So, the psychology soup gets thicker. What comes first? Procrastination? Anxiety? ADHD? Do they mimic each other? Are they intrinsically connected? Do they occur along a spectrum?
We’ve all heard time and again that ADHD is on the rise. It’s diagnosed in 11% of children as a whole, including 20% of all teen boys. Anxiety is also on the rise. Guess what? Procrastination is on the rise as well. There are even Procrastination Anonymous communities across the world. Each of these conditions can be often addressed through the same path – mindfulness and meditation.
What does this all mean? Plus..What role does society and progress and technology play into the rise in procrastination?
In the past decade alone – in the time frame when the rise of ADHD, anxiety, and procrastination has been greatest – we’ve seen massive cultural changes. Facebook. Twitter. Netflix. Instagram. Youtube. Demand TV. At any moment we can video chat with friends and family around the world. Need to buy a book or specialty jam or stylish jacket? A few clicks on the computer from the comfort of your armchair can get you want you want, when you want it. With technology comes so many positives, without a doubt. But what’s the cost?
Is the human brain capable of adapting so quickly to these changes in a healthy way?
All of these advances can also act as distractions. We’ve likely all heard the stories of those who sleep text and text walk, sometimes resulting in tragic consequences. Much research is looking at the effects of Internet addiction, in line with past video game addiction studies.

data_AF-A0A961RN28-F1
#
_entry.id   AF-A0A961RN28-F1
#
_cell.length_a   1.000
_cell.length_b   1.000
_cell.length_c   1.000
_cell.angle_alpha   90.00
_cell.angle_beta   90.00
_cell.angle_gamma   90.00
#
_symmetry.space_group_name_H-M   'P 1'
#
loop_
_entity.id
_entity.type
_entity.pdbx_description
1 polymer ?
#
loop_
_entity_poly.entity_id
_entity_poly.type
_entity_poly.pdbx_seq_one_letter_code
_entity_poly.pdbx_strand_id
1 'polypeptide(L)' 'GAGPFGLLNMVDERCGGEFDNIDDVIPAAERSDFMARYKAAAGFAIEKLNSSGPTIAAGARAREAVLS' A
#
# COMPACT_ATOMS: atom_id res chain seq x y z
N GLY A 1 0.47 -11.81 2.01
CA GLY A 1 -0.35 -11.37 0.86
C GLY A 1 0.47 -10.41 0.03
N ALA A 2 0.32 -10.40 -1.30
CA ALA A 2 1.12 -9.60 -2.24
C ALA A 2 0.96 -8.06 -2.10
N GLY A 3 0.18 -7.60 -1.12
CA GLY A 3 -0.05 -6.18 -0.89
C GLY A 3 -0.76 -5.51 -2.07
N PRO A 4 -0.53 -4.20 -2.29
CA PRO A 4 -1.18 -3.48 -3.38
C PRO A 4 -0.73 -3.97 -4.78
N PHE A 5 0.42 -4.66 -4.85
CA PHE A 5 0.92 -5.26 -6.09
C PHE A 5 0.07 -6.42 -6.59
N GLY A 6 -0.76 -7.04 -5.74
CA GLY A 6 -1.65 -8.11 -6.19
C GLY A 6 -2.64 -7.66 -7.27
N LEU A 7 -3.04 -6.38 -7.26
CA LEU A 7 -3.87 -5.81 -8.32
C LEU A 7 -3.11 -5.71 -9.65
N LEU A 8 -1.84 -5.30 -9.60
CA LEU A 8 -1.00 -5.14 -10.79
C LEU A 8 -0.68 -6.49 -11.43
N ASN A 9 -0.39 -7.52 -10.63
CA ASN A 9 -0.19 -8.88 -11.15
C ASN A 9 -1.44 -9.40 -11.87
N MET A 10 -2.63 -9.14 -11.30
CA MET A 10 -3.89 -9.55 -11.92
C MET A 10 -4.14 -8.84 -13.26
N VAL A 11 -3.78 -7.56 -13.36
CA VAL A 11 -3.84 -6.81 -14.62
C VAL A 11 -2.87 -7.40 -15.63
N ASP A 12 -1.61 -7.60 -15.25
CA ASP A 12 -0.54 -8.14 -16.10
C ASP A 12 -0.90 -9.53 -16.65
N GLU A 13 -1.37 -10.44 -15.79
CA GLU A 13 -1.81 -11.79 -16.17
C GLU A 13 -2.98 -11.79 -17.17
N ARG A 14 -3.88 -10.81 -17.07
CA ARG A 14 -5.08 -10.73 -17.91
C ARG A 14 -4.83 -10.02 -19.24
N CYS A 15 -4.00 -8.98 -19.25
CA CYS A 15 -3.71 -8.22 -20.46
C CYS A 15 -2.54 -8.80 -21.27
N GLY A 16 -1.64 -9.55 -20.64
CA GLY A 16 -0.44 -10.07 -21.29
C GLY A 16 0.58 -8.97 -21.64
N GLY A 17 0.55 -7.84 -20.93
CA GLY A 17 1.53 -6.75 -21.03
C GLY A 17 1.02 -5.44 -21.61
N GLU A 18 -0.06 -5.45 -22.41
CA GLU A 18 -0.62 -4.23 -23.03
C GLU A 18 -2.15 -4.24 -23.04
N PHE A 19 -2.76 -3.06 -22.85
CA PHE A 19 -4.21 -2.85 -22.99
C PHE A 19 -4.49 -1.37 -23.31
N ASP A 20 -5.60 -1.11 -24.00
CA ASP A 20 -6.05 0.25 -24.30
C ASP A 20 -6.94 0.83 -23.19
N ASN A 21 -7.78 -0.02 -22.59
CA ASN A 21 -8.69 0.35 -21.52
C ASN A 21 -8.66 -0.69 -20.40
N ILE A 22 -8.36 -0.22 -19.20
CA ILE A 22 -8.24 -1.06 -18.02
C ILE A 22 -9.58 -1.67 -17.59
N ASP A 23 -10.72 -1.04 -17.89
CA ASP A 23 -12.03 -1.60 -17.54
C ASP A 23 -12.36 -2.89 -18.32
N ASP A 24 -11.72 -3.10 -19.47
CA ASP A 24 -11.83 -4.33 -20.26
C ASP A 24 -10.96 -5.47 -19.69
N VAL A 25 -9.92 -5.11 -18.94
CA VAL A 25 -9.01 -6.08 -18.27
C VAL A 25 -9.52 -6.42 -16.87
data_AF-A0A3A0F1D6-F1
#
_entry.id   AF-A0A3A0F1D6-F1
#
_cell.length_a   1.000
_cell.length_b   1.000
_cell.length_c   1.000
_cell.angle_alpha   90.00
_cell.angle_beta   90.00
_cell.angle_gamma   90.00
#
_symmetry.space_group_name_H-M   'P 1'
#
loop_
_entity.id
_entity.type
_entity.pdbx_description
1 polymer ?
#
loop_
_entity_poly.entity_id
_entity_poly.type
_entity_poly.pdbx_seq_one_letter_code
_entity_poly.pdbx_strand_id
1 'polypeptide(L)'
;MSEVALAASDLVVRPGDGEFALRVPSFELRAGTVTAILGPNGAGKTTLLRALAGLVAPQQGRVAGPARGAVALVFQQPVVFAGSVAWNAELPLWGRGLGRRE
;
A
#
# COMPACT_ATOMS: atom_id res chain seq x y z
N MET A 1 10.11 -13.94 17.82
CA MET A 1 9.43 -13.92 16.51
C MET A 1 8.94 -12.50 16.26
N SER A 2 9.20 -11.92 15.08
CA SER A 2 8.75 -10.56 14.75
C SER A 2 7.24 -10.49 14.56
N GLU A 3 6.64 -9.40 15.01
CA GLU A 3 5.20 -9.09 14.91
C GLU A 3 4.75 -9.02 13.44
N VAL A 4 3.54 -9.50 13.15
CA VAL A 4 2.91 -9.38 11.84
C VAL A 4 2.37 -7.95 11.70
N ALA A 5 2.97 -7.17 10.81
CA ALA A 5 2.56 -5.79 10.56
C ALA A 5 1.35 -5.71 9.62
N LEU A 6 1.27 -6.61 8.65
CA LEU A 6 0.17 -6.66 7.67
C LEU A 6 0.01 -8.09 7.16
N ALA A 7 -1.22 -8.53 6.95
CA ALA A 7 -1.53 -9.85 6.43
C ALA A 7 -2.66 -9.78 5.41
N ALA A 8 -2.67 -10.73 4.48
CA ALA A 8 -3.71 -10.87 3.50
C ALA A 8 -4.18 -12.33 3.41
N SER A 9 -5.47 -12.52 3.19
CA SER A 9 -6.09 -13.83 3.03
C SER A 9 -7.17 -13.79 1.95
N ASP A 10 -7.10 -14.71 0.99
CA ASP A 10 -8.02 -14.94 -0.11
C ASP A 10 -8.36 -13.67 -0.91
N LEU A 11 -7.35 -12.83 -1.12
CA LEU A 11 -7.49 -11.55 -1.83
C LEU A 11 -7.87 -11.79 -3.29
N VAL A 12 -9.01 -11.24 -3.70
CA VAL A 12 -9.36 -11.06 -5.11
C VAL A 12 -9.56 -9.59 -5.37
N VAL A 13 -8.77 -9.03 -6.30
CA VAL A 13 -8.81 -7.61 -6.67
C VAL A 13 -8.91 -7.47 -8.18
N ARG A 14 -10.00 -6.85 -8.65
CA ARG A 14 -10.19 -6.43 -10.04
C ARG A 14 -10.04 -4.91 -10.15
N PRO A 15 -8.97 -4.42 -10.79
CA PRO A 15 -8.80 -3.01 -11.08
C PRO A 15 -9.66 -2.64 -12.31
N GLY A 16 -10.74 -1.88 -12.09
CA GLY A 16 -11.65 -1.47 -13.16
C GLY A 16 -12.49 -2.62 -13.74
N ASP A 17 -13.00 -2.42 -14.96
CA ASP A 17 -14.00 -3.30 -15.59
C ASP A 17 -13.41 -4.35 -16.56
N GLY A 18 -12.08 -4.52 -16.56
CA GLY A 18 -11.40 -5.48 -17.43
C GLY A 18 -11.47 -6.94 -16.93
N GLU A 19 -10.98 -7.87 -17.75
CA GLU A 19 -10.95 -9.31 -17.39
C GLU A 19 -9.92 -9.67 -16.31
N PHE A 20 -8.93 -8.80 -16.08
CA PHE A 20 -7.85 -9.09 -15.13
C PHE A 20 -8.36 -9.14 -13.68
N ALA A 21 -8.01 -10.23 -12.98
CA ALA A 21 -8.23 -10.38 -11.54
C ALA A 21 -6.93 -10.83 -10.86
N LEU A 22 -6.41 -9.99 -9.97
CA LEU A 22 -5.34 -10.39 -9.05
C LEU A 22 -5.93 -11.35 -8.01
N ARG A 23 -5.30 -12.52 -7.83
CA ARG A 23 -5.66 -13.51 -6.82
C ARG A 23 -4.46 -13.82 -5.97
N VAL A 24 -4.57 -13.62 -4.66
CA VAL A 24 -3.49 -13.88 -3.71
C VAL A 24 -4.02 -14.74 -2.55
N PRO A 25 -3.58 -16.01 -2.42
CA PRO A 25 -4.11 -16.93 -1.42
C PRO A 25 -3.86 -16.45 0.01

Ultimately, I still cannot grasp the true underlying etiology of procrastination. I ponder the chicken vs. the egg dilemma. And through all my reading, I can’t predict with clarity those who are more susceptible to procrastination and those who can resist, except for one single issue: impulsiveness.
Impulsiveness. It’s on the rise, but why? Of course there is ADHD, but what of general impulsiveness? Is it intrinsic in specific individuals or laying dormant in all of us? Is it part of each of us that is only more apparent as we, as a species, try to assimilate the growing information evolution? Perhaps it’s a safety valve, so to speak, to change our focus away from the constant onslaught. Those more sensitive may have differing levels of tolerance.
It only seems appropriate that the researchers discussed in the aforementioned Wall Street Journal article would have discovered a successful treatment for procrastination that is done online. Since technology already has our attention, technology may serve to relieve its own consequences.
It should not come as a surprise that technology, which serves to both assimilate external input as well as internal changes at the level of neurotransmitters, is our species greatest challenger.
Who will be the victor?
Why not take 15 minutes minutes out of your day to watch this TED.com video with psychologist Dr. Kelly McGonigal, the author of The Willpower Instinct, as she talks about stress reduction and the love hormone, oxytocin.
And until tomorrow…Be mindful, turn off technology for awhile, and take time to meditate.
[You can enjoy all the daily posts from the #30PostsHathSept bloggers HERE]
Pingback: Listen Closely | Marianne Kuzujanakis